Supersized smartphones are becoming more popular each month — probably due in large part to the fact that vendors are flooding the market — and there are definitely advantages and disadvantages to carrying a phone this massive.
At 5.18-inches tall by 2.78-inches wide by 0.39-inches thick, the Titan is even bigger than the Samsung Galaxy S II. At 160 grams, it's also more than 20 grams heavier. I like a heavy phone, and the Titan's solid build and high-quality materials are more than worth the added heft to me. The majority of the smartphone's case is comprised of beautiful brushed aluminum, save for a small rubber-feel area near the top of the rear case and a larger one at the bottom where the antenna sits.
Across the top of the phone sits a power/lock/unlock button, a small hole for the noise-canceling mic and a 3.5-millimeter audio jack. The right edge of the device is home to a slim two-stage camera button that sits beneath an equally slim volume rocker, and the left edge sports a lone micro-USB port. The bottom houses only the phone's main microphone and a battery door release button.
On the rear of the device is a sizable camera lens flanked by a dual-LED flash and a speaker. I'll discuss the camera more extensively a bit later. The face of the phone is made up almost entirely of smooth, oil-resistant glass. Three customary capacitive Windows Phones buttons sit across the bottom, and a front-facing camera is positioned near the top below the phone's ear speaker. Voice calling is quite clear on the Titan, and the speaker gets loud enough to be used comfortably in noisy environments.
One thing that should not be overlooked about the exterior of the Titan is the design. Like the Sensation, HTC's Titan features a unique unibody design that has the rear case of the device wrap around the side and top. The “guts” of the phone then sit inside the case, creating a design that positions all seams directly around the display. The result is not only gorgeous, it also means there are no uncomfortable seams to be felt by the user's hands.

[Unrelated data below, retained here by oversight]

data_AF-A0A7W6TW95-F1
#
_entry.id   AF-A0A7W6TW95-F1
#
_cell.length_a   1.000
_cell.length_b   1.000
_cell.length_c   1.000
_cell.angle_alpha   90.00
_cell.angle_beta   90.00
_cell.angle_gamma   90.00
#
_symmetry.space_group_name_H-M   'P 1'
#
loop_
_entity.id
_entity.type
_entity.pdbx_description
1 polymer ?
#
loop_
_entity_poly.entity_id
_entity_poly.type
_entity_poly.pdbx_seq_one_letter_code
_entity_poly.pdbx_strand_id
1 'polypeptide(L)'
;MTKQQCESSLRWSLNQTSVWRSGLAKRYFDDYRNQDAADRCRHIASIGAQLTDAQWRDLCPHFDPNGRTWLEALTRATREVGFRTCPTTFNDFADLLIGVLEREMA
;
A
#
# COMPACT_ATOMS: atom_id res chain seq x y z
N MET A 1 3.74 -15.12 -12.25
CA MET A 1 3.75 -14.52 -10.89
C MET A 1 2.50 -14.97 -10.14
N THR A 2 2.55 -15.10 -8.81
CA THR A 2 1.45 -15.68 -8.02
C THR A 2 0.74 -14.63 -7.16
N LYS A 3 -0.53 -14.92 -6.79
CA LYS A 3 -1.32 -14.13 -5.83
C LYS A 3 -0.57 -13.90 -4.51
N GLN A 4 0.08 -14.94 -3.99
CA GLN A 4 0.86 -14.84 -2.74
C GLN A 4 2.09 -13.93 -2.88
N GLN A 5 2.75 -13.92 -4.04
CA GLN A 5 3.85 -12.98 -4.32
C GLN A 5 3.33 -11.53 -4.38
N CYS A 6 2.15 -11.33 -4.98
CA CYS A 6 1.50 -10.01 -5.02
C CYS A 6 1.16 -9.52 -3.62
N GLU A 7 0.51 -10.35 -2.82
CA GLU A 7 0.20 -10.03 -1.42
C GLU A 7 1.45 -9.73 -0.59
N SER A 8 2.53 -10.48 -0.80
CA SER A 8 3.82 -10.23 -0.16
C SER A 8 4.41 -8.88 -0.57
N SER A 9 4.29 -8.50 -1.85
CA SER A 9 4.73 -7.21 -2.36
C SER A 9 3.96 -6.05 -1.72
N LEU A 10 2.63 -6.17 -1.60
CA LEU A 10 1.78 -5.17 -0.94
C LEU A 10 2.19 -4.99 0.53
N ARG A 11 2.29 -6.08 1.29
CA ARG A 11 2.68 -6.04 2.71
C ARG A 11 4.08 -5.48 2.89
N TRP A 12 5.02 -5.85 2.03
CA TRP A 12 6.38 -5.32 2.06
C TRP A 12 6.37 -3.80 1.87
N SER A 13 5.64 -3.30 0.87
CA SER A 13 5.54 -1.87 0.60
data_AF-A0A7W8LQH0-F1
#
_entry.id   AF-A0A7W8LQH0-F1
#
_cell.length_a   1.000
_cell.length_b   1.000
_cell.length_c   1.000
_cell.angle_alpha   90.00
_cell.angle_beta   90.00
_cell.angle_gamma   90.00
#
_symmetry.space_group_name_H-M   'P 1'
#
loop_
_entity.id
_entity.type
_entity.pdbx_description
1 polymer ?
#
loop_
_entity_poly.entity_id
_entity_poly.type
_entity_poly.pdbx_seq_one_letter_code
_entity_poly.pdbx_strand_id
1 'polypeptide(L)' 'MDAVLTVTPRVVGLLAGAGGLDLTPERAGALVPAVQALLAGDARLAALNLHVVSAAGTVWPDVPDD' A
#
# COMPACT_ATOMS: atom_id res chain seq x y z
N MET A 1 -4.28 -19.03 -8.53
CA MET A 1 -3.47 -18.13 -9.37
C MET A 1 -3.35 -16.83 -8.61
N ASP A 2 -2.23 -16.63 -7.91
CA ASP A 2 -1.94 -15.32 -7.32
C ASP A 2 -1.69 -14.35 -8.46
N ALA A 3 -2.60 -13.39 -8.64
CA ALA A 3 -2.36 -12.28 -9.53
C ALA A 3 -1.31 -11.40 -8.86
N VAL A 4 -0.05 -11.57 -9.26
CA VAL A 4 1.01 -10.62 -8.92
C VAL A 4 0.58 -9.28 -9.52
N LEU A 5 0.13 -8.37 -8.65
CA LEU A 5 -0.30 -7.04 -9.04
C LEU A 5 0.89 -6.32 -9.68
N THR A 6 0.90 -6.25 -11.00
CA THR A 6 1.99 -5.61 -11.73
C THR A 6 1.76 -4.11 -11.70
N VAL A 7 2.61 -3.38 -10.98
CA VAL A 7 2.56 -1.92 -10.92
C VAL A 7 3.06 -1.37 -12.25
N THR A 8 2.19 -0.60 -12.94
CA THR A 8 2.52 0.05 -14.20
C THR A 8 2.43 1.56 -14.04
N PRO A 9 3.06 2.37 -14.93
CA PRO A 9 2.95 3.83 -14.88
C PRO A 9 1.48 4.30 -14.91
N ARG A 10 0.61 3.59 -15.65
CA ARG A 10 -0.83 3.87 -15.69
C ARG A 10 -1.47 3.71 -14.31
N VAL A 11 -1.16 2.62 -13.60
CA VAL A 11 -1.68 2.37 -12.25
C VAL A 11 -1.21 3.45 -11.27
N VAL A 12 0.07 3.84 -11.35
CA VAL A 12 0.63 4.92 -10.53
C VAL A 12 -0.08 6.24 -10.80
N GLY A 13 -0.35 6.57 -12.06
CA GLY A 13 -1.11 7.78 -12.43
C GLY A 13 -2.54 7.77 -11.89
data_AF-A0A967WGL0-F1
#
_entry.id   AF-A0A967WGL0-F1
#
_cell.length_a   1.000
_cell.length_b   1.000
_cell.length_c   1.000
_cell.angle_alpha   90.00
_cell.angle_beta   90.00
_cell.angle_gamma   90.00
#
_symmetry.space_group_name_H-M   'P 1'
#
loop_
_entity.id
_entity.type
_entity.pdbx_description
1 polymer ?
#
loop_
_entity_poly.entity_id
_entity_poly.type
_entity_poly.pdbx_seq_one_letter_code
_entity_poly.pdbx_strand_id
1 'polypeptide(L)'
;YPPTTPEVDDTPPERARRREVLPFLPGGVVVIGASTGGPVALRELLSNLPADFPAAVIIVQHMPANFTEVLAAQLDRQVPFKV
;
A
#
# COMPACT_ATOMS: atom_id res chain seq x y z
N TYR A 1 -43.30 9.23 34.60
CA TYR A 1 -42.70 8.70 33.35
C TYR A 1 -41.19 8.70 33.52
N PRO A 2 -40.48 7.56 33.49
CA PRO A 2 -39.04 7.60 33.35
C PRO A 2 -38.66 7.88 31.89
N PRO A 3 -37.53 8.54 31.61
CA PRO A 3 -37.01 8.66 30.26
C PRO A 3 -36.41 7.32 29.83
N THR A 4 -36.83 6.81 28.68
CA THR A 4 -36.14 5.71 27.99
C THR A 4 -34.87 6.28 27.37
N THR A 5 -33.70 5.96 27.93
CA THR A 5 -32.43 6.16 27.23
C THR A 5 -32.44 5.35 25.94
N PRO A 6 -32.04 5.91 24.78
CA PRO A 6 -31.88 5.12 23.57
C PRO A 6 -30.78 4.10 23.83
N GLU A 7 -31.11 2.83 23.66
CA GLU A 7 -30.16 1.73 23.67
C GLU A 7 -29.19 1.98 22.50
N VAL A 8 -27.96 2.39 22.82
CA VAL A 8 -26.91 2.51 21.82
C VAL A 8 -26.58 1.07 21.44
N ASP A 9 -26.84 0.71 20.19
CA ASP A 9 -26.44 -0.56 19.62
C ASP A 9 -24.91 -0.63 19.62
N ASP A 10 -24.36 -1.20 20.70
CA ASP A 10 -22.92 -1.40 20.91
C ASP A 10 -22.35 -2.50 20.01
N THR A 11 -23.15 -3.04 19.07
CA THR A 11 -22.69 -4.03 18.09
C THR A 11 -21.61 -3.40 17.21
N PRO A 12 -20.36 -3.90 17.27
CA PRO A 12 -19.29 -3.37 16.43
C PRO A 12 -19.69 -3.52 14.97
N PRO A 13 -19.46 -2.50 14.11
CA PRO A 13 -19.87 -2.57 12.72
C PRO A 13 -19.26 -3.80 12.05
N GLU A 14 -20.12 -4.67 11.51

As a complete package, the Titan is easily one of my favorite Windows Phone to date. The build is phenomenal and the Windows Phone 7.5 operating system is like greased lightning. I'm also a huge fan of live tiles.
Microsoft's home screen UI, for those unfamiliar with Windows Phone, is tile-based. It is comprised of a grid of square and rectangular tiles that cascade endlessly. The result is a tidy home base that provides a welcome alternative to static icons. These tiles, if enabled, provide the user with information dynamically and can be updated frequently.
For example, my favorite simple weather app WeatherLive displays the current temperature, the temperature range for the day, and a graphical representation of the current weather conditions. When it rains, I see a storm cloud and rain drops. When it's sunny, a big sharp sun covers the bulk of the tile. Another example is my favorite Google Reader-compatible RSS Reader, Wonder Reader. When enabled, the app periodically flashes headlines across the tile to let me know I have new articles waiting to be read. Messaging apps display unread counts, the Photo Hub cycles through images stored on the device, my Xbox Live avatar dances around the Games tile, and so on.
Beyond the tiles, there are a few other new features in Mango that I really enjoy. First and foremost, tombstoning and basic multitasking support are implemented quite well. Enabled apps close in a frozen state and holding down the back button for a second quickly brings up the task switcher UI. Transition animations are subtle but appreciated, and jumping between apps is lightning fast.
I also like that Mango brings Wi-Fi tethering to Windows Phones. The Internet Sharing service on the Titan is buried in the system settings in Windows Phone rather than being granted a dedicated app that I might be able to pin to the home screen, but I still appreciated having one less device to carry while testing the Titan. Wi-Fi tethering is available on a number of smartphones these days, but I typically find it unusable due to the inevitable battery drain. The Titan's 1,600 mAh battery held up nicely even after about 30 minutes of Internet Sharing, however, and Mango includes a nifty feature: if no devices connect to the phone after a few minutes, tethering is automatically turned off. Also, if you're tethered and then you disconnect all devices from the phone, Internet Sharing will automatically turn off after a few idle minutes. It's one less thing to worry about.